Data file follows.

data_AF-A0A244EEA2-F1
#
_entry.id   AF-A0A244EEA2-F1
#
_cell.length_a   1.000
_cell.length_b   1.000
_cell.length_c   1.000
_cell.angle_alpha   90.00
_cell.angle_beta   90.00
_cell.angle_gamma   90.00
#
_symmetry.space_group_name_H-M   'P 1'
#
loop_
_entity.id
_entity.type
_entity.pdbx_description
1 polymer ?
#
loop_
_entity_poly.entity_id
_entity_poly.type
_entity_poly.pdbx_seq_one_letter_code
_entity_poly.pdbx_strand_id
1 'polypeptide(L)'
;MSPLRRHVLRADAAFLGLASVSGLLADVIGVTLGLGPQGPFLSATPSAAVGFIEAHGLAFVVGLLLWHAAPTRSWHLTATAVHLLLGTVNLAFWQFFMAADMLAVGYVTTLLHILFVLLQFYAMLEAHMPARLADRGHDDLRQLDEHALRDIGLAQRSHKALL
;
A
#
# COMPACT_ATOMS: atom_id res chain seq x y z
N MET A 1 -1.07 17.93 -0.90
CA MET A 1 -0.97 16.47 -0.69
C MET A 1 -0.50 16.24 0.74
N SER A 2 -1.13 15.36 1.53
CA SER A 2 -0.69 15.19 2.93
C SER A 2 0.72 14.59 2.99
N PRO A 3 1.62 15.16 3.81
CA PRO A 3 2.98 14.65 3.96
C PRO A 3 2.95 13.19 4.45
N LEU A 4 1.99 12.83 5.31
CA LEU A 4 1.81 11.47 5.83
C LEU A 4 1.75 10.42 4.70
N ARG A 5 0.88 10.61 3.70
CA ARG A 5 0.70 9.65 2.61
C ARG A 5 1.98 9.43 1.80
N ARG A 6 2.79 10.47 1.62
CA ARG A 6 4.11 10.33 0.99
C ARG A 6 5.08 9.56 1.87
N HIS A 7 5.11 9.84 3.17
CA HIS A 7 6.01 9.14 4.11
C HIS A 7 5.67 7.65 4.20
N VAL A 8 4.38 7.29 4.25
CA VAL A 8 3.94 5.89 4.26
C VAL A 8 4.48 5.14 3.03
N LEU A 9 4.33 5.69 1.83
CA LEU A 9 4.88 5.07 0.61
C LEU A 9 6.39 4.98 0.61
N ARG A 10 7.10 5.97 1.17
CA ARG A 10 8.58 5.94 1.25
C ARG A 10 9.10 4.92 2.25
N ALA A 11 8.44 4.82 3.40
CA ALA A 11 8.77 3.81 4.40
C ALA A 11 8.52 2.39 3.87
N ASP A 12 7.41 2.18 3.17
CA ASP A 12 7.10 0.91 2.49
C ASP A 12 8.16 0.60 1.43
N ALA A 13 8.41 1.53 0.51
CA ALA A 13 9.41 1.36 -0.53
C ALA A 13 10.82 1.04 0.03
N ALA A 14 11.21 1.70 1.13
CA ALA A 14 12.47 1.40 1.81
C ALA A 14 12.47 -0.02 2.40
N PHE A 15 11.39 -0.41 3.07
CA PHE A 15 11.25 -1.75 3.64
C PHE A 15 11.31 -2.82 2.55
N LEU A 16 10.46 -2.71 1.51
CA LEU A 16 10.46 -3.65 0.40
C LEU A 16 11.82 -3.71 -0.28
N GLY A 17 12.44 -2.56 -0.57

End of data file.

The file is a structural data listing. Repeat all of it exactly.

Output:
data_AF-A0A244EEA2-F1
#
_entry.id   AF-A0A244EEA2-F1
#
_cell.length_a   1.000
_cell.length_b   1.000
_cell.length_c   1.000
_cell.angle_alpha   90.00
_cell.angle_beta   90.00
_cell.angle_gamma   90.00
#
_symmetry.space_group_name_H-M   'P 1'
#
loop_
_entity.id
_entity.type
_entity.pdbx_description
1 polymer ?
#
loop_
_entity_poly.entity_id
_entity_poly.type
_entity_poly.pdbx_seq_one_letter_code
_entity_poly.pdbx_strand_id
1 'polypeptide(L)'
;MSPLRRHVLRADAAFLGLASVSGLLADVIGVTLGLGPQGPFLSATPSAAVGFIEAHGLAFVVGLLLWHAAPTRSWHLTATAVHLLLGTVNLAFWQFFMAADMLAVGYVTTLLHILFVLLQFYAMLEAHMPARLADRGHDDLRQLDEHALRDIGLAQRSHKALL
;
A
#
# COMPACT_ATOMS: atom_id res chain seq x y z
N MET A 1 -1.07 17.93 -0.90
CA MET A 1 -0.97 16.47 -0.69
C MET A 1 -0.50 16.24 0.74
N SER A 2 -1.13 15.36 1.53
CA SER A 2 -0.69 15.19 2.93
C SER A 2 0.72 14.59 2.99
N PRO A 3 1.62 15.16 3.81
CA PRO A 3 2.98 14.65 3.96
C PRO A 3 2.95 13.19 4.45
N LEU A 4 1.99 12.83 5.31
CA LEU A 4 1.81 11.47 5.83
C LEU A 4 1.75 10.42 4.70
N ARG A 5 0.88 10.61 3.70
CA ARG A 5 0.70 9.65 2.61
C ARG A 5 1.98 9.43 1.80
N ARG A 6 2.79 10.47 1.62
CA ARG A 6 4.11 10.33 0.99
C ARG A 6 5.08 9.56 1.87
N HIS A 7 5.11 9.84 3.17
CA HIS A 7 6.01 9.14 4.11
C HIS A 7 5.67 7.65 4.20
N VAL A 8 4.38 7.29 4.25
CA VAL A 8 3.94 5.89 4.26
C VAL A 8 4.48 5.14 3.03
N LEU A 9 4.33 5.69 1.83
CA LEU A 9 4.88 5.07 0.61
C LEU A 9 6.39 4.98 0.61
N ARG A 10 7.10 5.97 1.17
CA ARG A 10 8.58 5.94 1.25
C ARG A 10 9.10 4.92 2.25
N ALA A 11 8.44 4.82 3.40
CA ALA A 11 8.77 3.81 4.40
C ALA A 11 8.52 2.39 3.87
N ASP A 12 7.41 2.18 3.17
CA ASP A 12 7.10 0.91 2.49
C ASP A 12 8.16 0.60 1.43
N ALA A 13 8.41 1.53 0.51
CA ALA A 13 9.41 1.36 -0.53
C ALA A 13 10.82 1.04 0.03
N ALA A 14 11.21 1.70 1.13
CA ALA A 14 12.47 1.40 1.81
C ALA A 14 12.47 -0.02 2.40
N PHE A 15 11.39 -0.41 3.07
CA PHE A 15 11.25 -1.75 3.64
C PHE A 15 11.31 -2.82 2.55
N LEU A 16 10.46 -2.71 1.51
CA LEU A 16 10.46 -3.65 0.40
C LEU A 16 11.82 -3.71 -0.28
N GLY A 17 12.44 -2.56 -0.57